In-House Fraud Tools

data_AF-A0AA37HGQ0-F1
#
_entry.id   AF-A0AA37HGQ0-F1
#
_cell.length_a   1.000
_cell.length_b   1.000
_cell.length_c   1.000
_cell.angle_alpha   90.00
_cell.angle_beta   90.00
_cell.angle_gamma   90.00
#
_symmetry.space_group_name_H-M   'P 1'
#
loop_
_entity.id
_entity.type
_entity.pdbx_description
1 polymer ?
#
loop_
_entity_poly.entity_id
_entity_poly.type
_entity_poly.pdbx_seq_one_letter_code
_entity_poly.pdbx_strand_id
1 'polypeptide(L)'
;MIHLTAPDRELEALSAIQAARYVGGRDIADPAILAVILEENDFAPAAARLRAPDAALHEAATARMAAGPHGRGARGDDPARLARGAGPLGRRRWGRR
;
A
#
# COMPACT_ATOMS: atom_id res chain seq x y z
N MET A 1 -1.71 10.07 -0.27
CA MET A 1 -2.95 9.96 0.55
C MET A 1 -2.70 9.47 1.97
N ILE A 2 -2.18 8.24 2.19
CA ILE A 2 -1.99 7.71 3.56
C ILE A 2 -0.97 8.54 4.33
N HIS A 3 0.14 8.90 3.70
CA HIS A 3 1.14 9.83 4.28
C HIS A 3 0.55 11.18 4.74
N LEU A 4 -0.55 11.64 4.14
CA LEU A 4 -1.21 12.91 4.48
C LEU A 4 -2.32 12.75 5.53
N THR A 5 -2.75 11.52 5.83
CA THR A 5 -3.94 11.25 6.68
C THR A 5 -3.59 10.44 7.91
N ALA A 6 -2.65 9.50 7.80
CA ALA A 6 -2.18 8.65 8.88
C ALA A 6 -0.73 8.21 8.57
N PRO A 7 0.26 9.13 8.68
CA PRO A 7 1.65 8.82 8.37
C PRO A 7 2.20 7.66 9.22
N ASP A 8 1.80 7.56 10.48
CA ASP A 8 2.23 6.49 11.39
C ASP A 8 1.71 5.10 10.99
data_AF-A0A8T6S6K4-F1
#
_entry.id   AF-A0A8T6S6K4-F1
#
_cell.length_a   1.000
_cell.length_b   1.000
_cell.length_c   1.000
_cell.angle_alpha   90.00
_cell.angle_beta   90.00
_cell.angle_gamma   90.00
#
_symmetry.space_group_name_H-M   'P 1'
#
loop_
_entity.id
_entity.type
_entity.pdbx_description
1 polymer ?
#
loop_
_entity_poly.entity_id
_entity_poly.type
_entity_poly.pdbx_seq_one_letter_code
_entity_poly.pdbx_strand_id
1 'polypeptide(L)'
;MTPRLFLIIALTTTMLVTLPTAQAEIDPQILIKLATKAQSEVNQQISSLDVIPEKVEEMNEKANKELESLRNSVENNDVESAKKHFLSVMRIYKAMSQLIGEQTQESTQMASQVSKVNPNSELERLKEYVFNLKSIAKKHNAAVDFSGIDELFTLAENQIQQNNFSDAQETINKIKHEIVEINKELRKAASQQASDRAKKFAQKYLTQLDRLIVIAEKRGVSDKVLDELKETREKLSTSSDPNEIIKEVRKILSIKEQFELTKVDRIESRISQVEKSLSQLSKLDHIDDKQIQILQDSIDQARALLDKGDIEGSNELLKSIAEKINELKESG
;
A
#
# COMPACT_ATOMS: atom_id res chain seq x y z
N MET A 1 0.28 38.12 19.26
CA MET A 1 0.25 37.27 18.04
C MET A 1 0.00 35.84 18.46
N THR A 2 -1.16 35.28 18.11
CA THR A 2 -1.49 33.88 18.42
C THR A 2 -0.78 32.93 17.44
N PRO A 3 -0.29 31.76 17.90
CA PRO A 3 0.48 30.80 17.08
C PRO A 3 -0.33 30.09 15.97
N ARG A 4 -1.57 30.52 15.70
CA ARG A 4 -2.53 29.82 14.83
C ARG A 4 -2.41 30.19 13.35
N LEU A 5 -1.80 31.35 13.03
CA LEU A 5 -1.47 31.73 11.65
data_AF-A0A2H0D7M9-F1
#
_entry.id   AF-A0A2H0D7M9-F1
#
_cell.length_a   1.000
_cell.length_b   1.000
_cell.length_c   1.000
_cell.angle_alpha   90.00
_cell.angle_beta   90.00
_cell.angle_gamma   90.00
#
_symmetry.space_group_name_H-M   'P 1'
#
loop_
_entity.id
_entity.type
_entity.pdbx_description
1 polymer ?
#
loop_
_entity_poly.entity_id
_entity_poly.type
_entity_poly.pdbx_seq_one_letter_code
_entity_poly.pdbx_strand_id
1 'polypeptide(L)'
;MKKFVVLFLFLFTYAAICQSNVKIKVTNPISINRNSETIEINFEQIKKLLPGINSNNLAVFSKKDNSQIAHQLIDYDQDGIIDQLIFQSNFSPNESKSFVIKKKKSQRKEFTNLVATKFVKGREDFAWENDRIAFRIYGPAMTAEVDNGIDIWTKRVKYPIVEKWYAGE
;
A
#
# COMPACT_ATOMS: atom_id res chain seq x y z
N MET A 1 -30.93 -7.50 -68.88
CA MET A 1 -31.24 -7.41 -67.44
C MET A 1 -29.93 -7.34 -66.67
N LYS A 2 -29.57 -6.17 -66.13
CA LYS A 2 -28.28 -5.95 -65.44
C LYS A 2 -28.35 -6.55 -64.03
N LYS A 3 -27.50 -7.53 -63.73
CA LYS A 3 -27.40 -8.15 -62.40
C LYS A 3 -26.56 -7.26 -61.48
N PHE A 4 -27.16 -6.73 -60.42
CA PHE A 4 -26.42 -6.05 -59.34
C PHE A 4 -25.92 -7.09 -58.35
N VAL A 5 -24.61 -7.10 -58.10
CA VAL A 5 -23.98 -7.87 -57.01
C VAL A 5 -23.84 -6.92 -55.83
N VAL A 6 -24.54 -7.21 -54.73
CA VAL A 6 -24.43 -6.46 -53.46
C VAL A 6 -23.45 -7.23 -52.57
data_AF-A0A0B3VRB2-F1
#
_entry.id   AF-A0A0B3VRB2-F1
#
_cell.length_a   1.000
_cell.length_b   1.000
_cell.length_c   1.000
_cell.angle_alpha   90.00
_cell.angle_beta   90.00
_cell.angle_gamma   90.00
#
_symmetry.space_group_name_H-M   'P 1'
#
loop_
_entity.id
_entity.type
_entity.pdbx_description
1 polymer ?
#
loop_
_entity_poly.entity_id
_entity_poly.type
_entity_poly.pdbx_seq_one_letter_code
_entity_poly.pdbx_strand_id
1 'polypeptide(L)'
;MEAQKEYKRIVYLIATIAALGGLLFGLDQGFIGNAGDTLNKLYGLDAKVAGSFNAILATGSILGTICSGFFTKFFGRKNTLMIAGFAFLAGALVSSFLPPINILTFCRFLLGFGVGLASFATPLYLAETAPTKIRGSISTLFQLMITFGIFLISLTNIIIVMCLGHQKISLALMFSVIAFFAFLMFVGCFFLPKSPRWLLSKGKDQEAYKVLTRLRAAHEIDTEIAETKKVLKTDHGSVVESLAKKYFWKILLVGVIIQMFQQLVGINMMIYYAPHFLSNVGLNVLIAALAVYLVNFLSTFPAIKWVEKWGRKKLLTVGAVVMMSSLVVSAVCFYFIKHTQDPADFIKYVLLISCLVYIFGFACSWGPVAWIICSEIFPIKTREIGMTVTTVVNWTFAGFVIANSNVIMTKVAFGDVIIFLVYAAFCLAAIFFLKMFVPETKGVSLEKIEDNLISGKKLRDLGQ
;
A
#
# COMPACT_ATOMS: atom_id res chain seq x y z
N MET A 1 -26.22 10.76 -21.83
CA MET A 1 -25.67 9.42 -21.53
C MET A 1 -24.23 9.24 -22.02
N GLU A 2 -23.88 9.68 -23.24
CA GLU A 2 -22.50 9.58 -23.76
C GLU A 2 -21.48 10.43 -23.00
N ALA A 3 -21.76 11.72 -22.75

To prevent fraud, some merchants use in-house fraud rules to detect risky transactions. These tools may rely on indicators like card verification value (CVV), address verification service (AVS), or average transaction value (ATV) to make decisions over whether to accept a transaction. Whilst many smaller merchants still manage fraud in-house, these tools are typically reliant on internal data and provide no visibility over customer behavior with other merchants, making them vulnerable to errors and more likely to incorrectly flag transactions as fraudulent. This can lead to ‘false declines’ – a phenomenon estimated to have cost Australian merchants $3.5 billion in lost revenue last year.⁵ That’s without considering the cost of managing chargebacks, which can generate losses of 250% the value of the initial transaction.⁶ So whilst in-house management may limit headline rates, a holistic view of their fraud costs has left many merchants in search of efficient alternatives. Learn more about False Declines in Part 2 of our Fraud Series.